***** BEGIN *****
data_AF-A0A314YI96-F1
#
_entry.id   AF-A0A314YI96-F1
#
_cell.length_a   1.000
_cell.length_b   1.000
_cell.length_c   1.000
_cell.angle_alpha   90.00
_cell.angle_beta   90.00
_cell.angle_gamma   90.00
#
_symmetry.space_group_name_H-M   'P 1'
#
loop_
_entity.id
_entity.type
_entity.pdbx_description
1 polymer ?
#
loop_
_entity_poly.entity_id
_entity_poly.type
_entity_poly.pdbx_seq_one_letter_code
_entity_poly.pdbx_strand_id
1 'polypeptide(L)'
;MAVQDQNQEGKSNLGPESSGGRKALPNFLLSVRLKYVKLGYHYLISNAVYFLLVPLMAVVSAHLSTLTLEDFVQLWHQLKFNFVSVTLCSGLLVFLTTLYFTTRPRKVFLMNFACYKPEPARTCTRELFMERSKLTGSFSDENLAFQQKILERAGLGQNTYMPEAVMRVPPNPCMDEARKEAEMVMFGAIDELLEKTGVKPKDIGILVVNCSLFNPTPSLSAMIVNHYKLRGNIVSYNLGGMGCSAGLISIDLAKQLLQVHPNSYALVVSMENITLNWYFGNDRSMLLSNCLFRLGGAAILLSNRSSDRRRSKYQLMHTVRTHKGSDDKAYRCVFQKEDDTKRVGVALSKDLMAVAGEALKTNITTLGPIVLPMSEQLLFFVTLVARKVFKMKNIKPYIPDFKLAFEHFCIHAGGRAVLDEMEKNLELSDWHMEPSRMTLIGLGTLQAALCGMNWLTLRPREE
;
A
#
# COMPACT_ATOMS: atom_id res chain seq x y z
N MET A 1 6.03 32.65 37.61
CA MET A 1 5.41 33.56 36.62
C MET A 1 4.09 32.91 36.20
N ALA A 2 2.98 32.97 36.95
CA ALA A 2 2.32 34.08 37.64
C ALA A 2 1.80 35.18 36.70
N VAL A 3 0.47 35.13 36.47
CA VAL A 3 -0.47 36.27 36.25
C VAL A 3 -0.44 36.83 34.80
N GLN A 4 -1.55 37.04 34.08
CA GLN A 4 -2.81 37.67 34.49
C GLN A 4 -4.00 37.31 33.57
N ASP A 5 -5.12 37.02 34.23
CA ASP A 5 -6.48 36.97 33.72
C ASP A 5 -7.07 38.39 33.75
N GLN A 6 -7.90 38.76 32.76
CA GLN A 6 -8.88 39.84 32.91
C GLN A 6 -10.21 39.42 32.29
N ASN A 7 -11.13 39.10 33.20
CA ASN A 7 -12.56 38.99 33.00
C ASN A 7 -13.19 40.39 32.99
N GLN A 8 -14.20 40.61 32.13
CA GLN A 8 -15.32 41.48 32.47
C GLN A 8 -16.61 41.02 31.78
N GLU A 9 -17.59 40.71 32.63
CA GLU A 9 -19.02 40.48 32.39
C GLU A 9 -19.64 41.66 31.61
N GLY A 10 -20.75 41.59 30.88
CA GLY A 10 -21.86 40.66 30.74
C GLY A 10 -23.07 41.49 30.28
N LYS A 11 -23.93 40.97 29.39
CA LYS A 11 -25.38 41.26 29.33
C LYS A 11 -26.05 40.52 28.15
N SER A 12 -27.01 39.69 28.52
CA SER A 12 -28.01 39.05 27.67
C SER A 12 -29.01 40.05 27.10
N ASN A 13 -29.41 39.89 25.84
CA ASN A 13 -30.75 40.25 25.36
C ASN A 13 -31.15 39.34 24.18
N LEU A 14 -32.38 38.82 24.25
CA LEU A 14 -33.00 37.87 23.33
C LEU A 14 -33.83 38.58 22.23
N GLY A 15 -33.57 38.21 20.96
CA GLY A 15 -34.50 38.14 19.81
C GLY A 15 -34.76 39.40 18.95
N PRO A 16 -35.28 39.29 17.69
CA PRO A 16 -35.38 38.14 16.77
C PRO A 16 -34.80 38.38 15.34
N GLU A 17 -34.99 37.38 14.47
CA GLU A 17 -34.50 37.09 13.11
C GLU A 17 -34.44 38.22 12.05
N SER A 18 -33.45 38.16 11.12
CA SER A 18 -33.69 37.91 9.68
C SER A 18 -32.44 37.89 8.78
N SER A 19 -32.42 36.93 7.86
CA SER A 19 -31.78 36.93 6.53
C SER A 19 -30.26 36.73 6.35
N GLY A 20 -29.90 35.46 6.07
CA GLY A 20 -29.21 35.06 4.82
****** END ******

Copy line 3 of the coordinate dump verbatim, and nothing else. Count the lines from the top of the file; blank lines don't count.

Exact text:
_entry.id   AF-A0A314YI96-F1